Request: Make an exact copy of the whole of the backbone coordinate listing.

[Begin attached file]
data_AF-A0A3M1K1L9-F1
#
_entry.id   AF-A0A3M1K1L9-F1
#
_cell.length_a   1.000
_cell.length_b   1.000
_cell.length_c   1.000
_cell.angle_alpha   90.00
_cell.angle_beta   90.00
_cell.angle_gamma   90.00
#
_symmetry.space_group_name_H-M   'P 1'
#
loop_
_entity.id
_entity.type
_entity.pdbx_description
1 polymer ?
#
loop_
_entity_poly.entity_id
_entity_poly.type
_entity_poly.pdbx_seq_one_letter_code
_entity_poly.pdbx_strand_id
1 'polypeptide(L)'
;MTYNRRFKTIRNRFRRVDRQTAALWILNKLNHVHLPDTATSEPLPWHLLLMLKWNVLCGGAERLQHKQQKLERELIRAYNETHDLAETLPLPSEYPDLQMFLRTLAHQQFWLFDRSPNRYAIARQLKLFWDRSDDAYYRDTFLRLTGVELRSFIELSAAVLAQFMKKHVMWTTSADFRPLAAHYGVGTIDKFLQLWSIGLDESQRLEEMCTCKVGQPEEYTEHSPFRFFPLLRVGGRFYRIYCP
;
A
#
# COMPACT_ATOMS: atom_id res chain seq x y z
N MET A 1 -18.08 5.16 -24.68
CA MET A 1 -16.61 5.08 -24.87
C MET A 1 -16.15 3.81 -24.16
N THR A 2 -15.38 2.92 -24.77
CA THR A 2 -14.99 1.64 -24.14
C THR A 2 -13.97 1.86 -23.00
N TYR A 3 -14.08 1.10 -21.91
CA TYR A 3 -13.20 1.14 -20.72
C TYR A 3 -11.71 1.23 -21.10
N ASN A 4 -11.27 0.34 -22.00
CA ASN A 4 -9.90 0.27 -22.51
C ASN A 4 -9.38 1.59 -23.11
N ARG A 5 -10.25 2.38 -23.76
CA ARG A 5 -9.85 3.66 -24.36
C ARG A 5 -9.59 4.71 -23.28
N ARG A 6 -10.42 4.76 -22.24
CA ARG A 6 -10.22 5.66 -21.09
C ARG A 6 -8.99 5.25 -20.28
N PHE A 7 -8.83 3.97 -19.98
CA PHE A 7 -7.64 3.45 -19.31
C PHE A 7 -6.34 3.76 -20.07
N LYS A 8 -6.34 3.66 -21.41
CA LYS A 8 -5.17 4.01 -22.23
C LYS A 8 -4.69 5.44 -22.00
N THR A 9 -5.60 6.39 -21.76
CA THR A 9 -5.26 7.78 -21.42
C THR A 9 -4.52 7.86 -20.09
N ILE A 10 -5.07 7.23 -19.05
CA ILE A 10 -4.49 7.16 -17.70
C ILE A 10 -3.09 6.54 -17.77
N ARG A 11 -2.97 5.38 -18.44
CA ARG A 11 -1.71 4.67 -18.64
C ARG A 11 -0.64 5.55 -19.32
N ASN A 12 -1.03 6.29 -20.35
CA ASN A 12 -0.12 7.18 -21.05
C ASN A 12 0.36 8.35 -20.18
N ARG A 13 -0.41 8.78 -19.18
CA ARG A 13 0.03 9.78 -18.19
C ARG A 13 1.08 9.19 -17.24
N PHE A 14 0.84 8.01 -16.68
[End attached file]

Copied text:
data_AF-A0A3M1K1L9-F1
#
_entry.id   AF-A0A3M1K1L9-F1
#
_cell.length_a   1.000
_cell.length_b   1.000
_cell.length_c   1.000
_cell.angle_alpha   90.00
_cell.angle_beta   90.00
_cell.angle_gamma   90.00
#
_symmetry.space_group_name_H-M   'P 1'
#
loop_
_entity.id
_entity.type
_entity.pdbx_description
1 polymer ?
#
loop_
_entity_poly.entity_id
_entity_poly.type
_entity_poly.pdbx_seq_one_letter_code
_entity_poly.pdbx_strand_id
1 'polypeptide(L)'
;MTYNRRFKTIRNRFRRVDRQTAALWILNKLNHVHLPDTATSEPLPWHLLLMLKWNVLCGGAERLQHKQQKLERELIRAYNETHDLAETLPLPSEYPDLQMFLRTLAHQQFWLFDRSPNRYAIARQLKLFWDRSDDAYYRDTFLRLTGVELRSFIELSAAVLAQFMKKHVMWTTSADFRPLAAHYGVGTIDKFLQLWSIGLDESQRLEEMCTCKVGQPEEYTEHSPFRFFPLLRVGGRFYRIYCP
;
A
#
# COMPACT_ATOMS: atom_id res chain seq x y z
N MET A 1 -18.08 5.16 -24.68
CA MET A 1 -16.61 5.08 -24.87
C MET A 1 -16.15 3.81 -24.16
N THR A 2 -15.38 2.92 -24.77
CA THR A 2 -14.99 1.64 -24.14
C THR A 2 -13.97 1.86 -23.00
N TYR A 3 -14.08 1.10 -21.91
CA TYR A 3 -13.20 1.14 -20.72
C TYR A 3 -11.71 1.23 -21.10
N ASN A 4 -11.27 0.34 -22.00
CA ASN A 4 -9.90 0.27 -22.51
C ASN A 4 -9.38 1.59 -23.11
N ARG A 5 -10.25 2.38 -23.76
CA ARG A 5 -9.85 3.66 -24.36
C ARG A 5 -9.59 4.71 -23.28
N ARG A 6 -10.42 4.76 -22.24
CA ARG A 6 -10.22 5.66 -21.09
C ARG A 6 -8.99 5.25 -20.28
N PHE A 7 -8.83 3.97 -19.98
CA PHE A 7 -7.64 3.45 -19.31
C PHE A 7 -6.34 3.76 -20.07
N LYS A 8 -6.34 3.66 -21.41
CA LYS A 8 -5.17 4.01 -22.23
C LYS A 8 -4.69 5.44 -22.00
N THR A 9 -5.60 6.39 -21.76
CA THR A 9 -5.26 7.78 -21.42
C THR A 9 -4.52 7.86 -20.09
N ILE A 10 -5.07 7.23 -19.05
CA ILE A 10 -4.49 7.16 -17.70
C ILE A 10 -3.09 6.54 -17.77
N ARG A 11 -2.97 5.38 -18.44
CA ARG A 11 -1.71 4.67 -18.64
C ARG A 11 -0.64 5.55 -19.32
N ASN A 12 -1.03 6.29 -20.35
CA ASN A 12 -0.12 7.18 -21.05
C ASN A 12 0.36 8.35 -20.18
N ARG A 13 -0.41 8.78 -19.18
CA ARG A 13 0.03 9.78 -18.19
C ARG A 13 1.08 9.19 -17.24
N PHE A 14 0.84 8.01 -16.68